But here we are on the last day of 2008 all set to dance and sashay in 2009, which is a year that already has the odds stacked against it. After all, the global economic difficulties are supposed to get worse before they improve. That means more jobs will be lost, credit pushed to its limits and old and reliable businesses will vanish.
This is progress they say. Actually, it’s more like Leonardo DiCaprio’s character William Costigan quoting Hawthorne to Martin Sheen and Marky Mark in “The Departed” when he says, “Families are always rising and falling in America…”
What’s the matter, you don't know any Shakespeare, smart ass?
Anyway, take away the economics and the various scandals (which are typically based in one form of economics or another) and ’08 wasn’t half bad. Think about it, there was a historical presidential election in which the results were not disputed and great advances in technology changed much about everyday life.
Only problem is we might not have the cash for all the cool stuff.
Around here, of course, 2008 was pretty nice. Generally the term “October Surprise” has sinister connotations but in regard to Philadelphia in 2008 it ended with a massive parade down Broad Street to celebrate the city’s first championship in 25 years. For the World F. Champion Phillies the 11-3 run through the post-season clinched just the second World Series victory since 1883.
So yeah, the Phillies made the year during the playoff run that began on Oct. 1 and ended on Oct. 29. Call it the most fun-filled and wacky four weeks in recent sports memory.
Before we delve into one of those odious recaps of the year that are almost as puzzling as gathering in the town square to dance and holler for a new year, it is fair to report that the good (sports) things of 2008 weren’t just the property of the Phillies or Philadelphia. After all, based on how the Eagles wrapped up November who would have guessed they would open 2009 with a playoff game?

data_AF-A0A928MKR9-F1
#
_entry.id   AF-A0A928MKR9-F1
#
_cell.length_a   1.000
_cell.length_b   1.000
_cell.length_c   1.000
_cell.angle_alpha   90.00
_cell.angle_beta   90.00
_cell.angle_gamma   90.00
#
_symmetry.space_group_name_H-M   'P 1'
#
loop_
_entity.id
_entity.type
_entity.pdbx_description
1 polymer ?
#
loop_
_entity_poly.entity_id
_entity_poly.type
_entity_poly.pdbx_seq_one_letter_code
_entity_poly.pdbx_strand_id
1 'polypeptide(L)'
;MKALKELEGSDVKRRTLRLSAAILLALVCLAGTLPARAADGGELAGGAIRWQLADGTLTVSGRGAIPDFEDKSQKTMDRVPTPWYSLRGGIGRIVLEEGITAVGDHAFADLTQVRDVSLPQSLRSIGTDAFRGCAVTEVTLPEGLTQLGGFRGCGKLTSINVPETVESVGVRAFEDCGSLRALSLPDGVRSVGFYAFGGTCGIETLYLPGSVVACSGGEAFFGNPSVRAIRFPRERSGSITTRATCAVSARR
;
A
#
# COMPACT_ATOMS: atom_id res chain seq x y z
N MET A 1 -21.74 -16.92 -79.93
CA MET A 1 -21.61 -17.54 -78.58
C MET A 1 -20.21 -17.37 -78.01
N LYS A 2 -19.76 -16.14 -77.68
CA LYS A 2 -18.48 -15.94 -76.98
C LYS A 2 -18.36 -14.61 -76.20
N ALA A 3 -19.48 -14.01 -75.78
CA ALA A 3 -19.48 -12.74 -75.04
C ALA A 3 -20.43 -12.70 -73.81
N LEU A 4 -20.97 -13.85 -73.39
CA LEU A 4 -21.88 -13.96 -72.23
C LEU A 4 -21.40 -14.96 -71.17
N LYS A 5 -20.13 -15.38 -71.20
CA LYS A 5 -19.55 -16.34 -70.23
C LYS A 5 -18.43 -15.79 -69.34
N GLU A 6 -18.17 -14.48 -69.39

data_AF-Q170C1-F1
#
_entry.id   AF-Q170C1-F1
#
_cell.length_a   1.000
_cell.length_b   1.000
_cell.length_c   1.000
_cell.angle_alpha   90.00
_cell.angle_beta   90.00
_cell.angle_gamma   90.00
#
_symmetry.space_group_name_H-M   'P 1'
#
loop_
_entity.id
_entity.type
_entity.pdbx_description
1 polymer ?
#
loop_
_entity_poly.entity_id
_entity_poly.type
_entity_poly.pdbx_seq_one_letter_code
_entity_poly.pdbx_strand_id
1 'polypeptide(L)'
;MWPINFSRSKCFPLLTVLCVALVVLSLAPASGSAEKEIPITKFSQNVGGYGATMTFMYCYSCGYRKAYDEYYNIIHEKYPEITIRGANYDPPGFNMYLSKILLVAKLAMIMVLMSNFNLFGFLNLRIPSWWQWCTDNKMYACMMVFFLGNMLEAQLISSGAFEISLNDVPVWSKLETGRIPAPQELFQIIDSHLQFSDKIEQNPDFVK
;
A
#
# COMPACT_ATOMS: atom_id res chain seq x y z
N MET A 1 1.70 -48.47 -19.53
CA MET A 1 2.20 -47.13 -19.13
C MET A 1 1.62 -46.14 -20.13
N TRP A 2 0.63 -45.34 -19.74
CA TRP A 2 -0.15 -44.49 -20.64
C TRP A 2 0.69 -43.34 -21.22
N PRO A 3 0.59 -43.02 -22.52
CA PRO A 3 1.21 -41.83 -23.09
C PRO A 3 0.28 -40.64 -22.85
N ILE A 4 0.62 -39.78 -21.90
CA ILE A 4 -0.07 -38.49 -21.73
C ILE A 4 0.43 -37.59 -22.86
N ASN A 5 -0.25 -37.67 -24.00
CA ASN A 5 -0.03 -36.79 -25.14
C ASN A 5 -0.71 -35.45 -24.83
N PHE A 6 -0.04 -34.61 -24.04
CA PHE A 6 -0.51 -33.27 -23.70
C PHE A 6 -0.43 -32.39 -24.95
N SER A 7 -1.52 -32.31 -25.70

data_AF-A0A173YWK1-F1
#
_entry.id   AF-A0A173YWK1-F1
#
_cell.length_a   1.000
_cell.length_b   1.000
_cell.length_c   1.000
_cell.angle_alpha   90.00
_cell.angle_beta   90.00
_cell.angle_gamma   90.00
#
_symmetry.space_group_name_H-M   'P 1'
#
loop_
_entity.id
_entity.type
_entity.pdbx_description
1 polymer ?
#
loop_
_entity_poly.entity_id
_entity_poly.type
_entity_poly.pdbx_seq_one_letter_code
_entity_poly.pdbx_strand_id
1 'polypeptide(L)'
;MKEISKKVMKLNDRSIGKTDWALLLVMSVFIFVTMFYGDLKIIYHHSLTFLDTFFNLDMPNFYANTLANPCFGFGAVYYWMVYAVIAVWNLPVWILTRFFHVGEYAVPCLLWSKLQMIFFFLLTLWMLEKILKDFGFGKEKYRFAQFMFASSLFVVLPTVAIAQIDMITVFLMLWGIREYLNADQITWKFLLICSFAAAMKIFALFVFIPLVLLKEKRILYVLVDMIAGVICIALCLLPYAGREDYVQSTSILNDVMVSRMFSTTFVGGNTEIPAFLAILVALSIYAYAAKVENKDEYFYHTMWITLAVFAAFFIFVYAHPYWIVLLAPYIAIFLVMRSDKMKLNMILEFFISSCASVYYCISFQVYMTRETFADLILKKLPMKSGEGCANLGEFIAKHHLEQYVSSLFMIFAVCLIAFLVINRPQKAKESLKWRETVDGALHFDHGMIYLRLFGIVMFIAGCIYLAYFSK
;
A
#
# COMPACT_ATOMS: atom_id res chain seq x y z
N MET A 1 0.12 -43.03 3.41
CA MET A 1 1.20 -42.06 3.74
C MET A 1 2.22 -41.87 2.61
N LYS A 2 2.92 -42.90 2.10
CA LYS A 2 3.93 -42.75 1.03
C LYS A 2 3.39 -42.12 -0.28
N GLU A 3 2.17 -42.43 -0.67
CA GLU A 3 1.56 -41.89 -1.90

Someone gets a last laugh there and it ain’t me.
Meanwhile, last spring the 76ers and Flyers continued the proverbial building for the future with playoff berths. While the Sixers’ still have much work to do to repeat on ‘08’s success, the Flyers are one of those young and exciting teams that cities not named Philadelphia have.
Nevertheless, outside of the baseball post-season (at least in Philly), the Olympics in Beijing were as good as they have been in a generation. Michael Phelps delivered, the Dream Team woke up and Usain Bolt stole the show.
Still, the Phillies moments will continue to dominate the locus of my mind. Who will ever forget Brad Lidge’s last pitch to in Game 5 part 2? Or how can we forget Carlos Ruiz’s game-winning hit in the wee hours of the morning in Game 3?
Chase Utley’s fielding and Cole Hamels’ pitching will morph into legends as the years steamroll on, while manager Charlie Manuel will be remembered as a guy who made all the correct moves at precisely the right time.
But the two memories that stand out the most are not the champagne showers after the clinchers over the Nationals, Brewers, Dodgers and Rays. And the Marriott’s in Milwaukee, Pasadena and Clearwater weren’t exactly the Ritz, though the folks traveling around the country to write and report on the Phillies made every joint feel like the most fun place on earth.
After all, it’s always the journey more than the destination.